Recrystallized KNO3/Sucrose coated with nitrocellulose lacquer

One of my least-favorite aspects of the KN/Sucrose fuel is its hygroscopic nature.  It absorbs Florida humidity so rapidly that an engine made with it must be either fired immediately, or carefully sealed to prevent deterioration.

In an attempt to thward the permeating moisture of my area, I am experimenting with nitrocellulose lacquer as a coating for the grains.

My hopes are:

1.  The fuel will be protected from ambient moisture for extended periods, and
2.  The combustible nitrocellulose coating will not retard ignition, perhaps even assist it.

Here is a preliminary test, a small slug of KN/sucrose with a wart of corned black powder set in the end.  It is painted with two heavy coats of green 10% nitrocellulose lacquer from Firefox.  I got the green because they were out of clear, but am happy about that now because I can tell where the lacquer is and isn't.  And the color is appropriate for this "environmentally friendly" fuel, don't you think?

This slug sat around for three days without apparent deterioration.  An uncoated piece of the same batch had formed a puddle by the next day.  But another coated slug (not pictured) had some cracks in the coating.  It soon started getting soft at the cracks, and had seriously deteriorated in 24 hours.  This suggests to me that this is an all-or-none process, that the coating must be perfect to start with and must be protected from any insult that might break the seal.

And it should be done quickly.  I tried coating a piece that had sat out for an hour.  It already had a moist coating, and the lacquer would not stick.  Thus on my next experiment, I made sure the grain got coated as soon as it came out of the mold.

I dropped this slug in on top of an ignitor in an open paper tube with a few grains of black powder and applied current.  The ignitor and black powder flashed but the grain did not ignite.  I tried it again with more BP.  Still no ignition.  So I put several large grains of homebrew BP in the tube.  This time it ignited and burned just fine.  Apparently the coating makes it a bit harder to get the initial ignition going.

So I decide to try a larger grain and burn it in a case under pressure.  In other words, a static test.  This one is made with a fairly fast-burning batch or recrystallized KN/Sucrose, burning in open air at the rate of 12 seconds per inch.  It was molded in a piece of 1-inch PVC pipe with 17 inches of printer paper lining the inside, about 5-1/2 turns.  The paper is peeled off after unmolding to yield a slightly undersized grain that will fit in the engine tube without a struggle

Many apologies that I did not think to take photos of this grain being made or prior to its coating.  It was the jade-like mottled color that made me grab the camera.  The grain is 4 inches long,1 inch diameter, has a 1/4 inch cylindrical core, and weighs 78 grams..  It is uninhibited, and has four large grains of corned black powder pressed into the head end.  They are the ugly black things in the third photo from the left.  I figure that if I can get those embedded BP grains to ignite, the candy underneath can't help but burn, spreading flame throughout the case toot sweet.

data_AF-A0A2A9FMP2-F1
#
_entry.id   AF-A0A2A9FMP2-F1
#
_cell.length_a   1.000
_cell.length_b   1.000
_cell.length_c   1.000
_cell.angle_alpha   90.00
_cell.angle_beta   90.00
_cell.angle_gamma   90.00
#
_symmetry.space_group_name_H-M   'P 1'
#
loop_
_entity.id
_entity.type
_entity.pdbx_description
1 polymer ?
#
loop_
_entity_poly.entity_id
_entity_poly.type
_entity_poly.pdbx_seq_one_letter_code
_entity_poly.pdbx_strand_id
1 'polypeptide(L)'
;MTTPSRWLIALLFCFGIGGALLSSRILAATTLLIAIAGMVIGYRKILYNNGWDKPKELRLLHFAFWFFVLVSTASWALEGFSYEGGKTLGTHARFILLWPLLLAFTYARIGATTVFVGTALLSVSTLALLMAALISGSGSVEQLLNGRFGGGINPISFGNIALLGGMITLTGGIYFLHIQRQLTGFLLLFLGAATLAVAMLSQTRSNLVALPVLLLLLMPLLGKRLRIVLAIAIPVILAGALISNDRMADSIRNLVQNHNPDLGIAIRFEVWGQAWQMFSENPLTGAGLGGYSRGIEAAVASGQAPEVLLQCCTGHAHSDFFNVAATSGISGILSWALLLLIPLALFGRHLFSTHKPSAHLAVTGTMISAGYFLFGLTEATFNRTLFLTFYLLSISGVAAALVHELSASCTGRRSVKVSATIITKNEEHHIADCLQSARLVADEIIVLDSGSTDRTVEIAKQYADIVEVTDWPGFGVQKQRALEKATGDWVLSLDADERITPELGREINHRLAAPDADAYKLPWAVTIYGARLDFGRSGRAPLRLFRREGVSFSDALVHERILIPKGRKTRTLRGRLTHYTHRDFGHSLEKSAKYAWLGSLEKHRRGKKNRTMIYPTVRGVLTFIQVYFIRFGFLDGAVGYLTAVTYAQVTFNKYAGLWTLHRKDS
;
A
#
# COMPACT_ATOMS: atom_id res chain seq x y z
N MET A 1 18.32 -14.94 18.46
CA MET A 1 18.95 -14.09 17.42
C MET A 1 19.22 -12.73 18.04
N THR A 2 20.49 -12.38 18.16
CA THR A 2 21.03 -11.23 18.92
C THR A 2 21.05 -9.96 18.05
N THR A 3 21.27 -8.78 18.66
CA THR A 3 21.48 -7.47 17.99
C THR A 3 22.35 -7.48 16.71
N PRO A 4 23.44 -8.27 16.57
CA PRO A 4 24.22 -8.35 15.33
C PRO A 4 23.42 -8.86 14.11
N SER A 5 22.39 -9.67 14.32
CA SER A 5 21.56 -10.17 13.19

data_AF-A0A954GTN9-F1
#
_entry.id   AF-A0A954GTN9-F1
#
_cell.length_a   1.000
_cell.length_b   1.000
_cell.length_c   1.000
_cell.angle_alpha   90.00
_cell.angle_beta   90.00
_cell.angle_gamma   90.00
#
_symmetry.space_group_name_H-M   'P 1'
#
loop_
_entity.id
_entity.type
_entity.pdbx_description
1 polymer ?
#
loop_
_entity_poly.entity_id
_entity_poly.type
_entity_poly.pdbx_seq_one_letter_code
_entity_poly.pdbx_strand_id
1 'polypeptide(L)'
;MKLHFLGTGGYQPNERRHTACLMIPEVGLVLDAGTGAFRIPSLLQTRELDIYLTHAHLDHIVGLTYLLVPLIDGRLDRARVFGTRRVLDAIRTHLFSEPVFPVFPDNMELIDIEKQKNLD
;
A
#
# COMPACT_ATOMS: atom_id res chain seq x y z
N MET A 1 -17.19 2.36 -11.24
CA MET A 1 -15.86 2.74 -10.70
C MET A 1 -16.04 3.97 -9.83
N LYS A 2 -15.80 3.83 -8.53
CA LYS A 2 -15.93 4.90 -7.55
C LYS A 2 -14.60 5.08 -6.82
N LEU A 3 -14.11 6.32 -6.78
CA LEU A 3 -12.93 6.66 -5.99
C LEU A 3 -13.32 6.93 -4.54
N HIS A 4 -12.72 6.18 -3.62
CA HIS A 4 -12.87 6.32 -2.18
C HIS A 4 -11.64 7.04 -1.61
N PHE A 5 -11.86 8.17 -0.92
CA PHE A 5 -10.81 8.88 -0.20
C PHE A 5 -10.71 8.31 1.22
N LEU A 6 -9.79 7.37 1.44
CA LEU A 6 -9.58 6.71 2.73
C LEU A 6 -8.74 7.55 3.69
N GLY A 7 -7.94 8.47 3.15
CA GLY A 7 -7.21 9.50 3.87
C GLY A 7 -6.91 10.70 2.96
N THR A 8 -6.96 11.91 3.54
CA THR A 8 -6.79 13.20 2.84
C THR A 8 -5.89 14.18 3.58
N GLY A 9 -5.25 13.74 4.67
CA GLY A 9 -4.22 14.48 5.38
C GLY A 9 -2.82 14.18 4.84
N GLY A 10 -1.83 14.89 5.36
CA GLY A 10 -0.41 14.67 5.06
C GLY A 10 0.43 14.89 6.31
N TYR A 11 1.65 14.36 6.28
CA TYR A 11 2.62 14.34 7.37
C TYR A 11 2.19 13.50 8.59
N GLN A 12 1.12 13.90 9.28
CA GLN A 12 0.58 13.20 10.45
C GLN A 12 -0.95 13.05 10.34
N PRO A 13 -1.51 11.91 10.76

After the first experiment failed to ignite twice, I want to be really sure with this one.  So I make a Warner Brothers looking ignitor.  My normal ignitor is a thin copper filament soldered between the leads of a twisted pair of wires salvaged from old network cable.  This is laid on a piece of masking tape, and a small amount of ground-up black powder poured on it.  The tape is folded to seal the powder around the wire.  In this case, I am using a generous amount of powdered BP and supplementing it with three large, long-burning chunks.  Total BP weight is about two grams.

This ignitor is too large to push up through the 1/4 inch core, so the leads are passed through the core and the engine assembled around the ignitor.  Apologies for the bad photos - I forgot to turn on the lights.  The engine casing is once used.  I find that I can use these pvc cases twice, sometimes three times.   When I cut this one open, the "5-minute nozzle"* was intact, the case barely scorched, and since this is a low-tech ignition test why not.  Nozzle throat is 3/8 inch diameter, yielding an initial Kn of about 156.

(*Packed Bentonite clay - takes about 5 minutes to make)


Click on the thumbnail below to download video of the burn.
Beware:  This a an 800k  .mpg file, yielding 4 seconds of video.

Upon ignition, there was a scary "snap" followed by a brief pause, then a quick build to pressure.  The thrust-burn lasted about 0.7 seconds, with a little after-burn.

View of case after the burn.

My guess:  The powdered BP priming caused the snap, and created a quick flash in the case but not enough to ignite the grain wholesale.  Candy at the head-end did get lit, and once it started burning the nitrocellulose coating on the rest of the grain went away pretty quickly.

This is encouraging, so I vow to try it some more.

Click here for experiments of 11/2/01

Jimmy Yawn